HLC accreditation reaffirmation occurs on a 10-year cycle. Lake Superior College is following an Open Pathway model, and includes: participation in the Assessment Academy (which is our Quality Initiative), completing an Assurance Review, and the Peer Review team site visit. In addition, LSC must be in compliance with federal and state requirements, as well as demonstrate adherence to Assumed Practices:

“Foundational to the Criteria and Core Components is a set of practices shared by institutions of higher education in the United States. Unlike the Criteria for Accreditation, these Assumed Practices are (1) generally matters to be determined as facts, rather than matters requiring professional judgment and (2) not expected to vary by institutional mission or context. Similar to the Criteria, the Assumed Practices set requirements related to ethical and responsible conduct; quality, resources and support for teaching and learning; evaluation and improvement of teaching and learning; and resources, planning and institutional effectiveness. Every institution must be in compliance with all Assumed Practices at all times” (HLC Policy CRRT.B.10.020).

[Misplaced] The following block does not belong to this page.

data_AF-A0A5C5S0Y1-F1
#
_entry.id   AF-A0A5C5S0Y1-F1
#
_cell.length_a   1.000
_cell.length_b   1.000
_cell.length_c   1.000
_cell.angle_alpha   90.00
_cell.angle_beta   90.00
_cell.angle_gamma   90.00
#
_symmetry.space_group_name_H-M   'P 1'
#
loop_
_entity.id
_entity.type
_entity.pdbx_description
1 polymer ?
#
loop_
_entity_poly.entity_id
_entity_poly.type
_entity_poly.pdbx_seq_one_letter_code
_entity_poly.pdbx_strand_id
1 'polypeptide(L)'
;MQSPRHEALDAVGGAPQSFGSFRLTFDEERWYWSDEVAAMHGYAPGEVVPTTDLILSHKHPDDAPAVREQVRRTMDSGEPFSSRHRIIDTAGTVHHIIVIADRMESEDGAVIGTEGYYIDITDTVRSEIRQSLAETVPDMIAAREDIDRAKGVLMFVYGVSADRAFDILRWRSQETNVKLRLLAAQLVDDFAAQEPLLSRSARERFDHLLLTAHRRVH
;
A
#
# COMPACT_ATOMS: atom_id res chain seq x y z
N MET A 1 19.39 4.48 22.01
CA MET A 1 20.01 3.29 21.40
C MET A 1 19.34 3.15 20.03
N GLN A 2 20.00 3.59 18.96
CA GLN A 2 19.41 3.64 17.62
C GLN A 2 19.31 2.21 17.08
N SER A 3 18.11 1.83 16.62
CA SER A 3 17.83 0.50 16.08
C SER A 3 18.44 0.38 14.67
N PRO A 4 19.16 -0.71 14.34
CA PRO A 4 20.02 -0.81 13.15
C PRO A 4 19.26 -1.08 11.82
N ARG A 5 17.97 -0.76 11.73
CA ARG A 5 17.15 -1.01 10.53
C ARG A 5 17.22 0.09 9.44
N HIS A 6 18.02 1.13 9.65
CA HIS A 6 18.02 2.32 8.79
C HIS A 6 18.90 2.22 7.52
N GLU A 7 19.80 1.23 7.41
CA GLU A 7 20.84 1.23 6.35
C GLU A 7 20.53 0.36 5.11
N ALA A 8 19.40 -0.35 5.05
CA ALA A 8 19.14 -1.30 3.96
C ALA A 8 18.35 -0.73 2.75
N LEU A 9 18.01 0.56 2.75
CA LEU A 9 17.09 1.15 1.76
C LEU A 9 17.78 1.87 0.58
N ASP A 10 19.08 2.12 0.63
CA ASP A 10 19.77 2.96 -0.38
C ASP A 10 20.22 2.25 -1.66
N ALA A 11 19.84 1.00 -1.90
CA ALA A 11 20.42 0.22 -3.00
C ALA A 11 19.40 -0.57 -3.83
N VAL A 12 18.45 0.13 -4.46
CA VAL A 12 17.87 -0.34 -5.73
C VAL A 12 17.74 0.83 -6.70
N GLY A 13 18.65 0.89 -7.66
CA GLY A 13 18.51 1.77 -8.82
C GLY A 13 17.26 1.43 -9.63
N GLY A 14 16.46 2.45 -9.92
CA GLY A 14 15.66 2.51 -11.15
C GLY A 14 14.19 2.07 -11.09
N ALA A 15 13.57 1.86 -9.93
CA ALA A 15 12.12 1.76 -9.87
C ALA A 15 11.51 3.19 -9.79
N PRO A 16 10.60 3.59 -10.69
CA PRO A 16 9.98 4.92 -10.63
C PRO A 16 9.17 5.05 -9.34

Timeline

  • 2020-2021: LSC formed a HLC Steering Group and five Criteria Teams to begin gathering the evidence needed to create the Assurance Review.
  • 2021-2022: Teams gather evidence and begin writing statements. Updates to the website commence.
  • Summer 2022: campus communications and internal marketing campaign is developed.
  • 2022-2023: Assurance Review is completed. Internal marketing and external marketing continue. Student opinion surveys completed, and third-party survey is completed and published.
  • February 2024: Peer Review Team visit!

Criteria and Team

Steering Team

  • Hanna Erpestad
  • Sarah Lyons
  • Jestina Vichorek
  • Emily Chapinski
  • Amy Jo Swing
  • Anna Sackette-Urness
  • Melissa Leno
  • Nickoel Anderson
  • LaNita Robinson
  • Al Finlayson
  • Daniel Fanning
  • Patricia Rogers
  • Linda Kingston

Criterion 1: Mission

The institution’s mission is clear and articulated publicly; it guides the institution’s operations.

Criterion 1 Team

  • Hanna Erpestad – co-lead
  • Brad Vieths – co-lead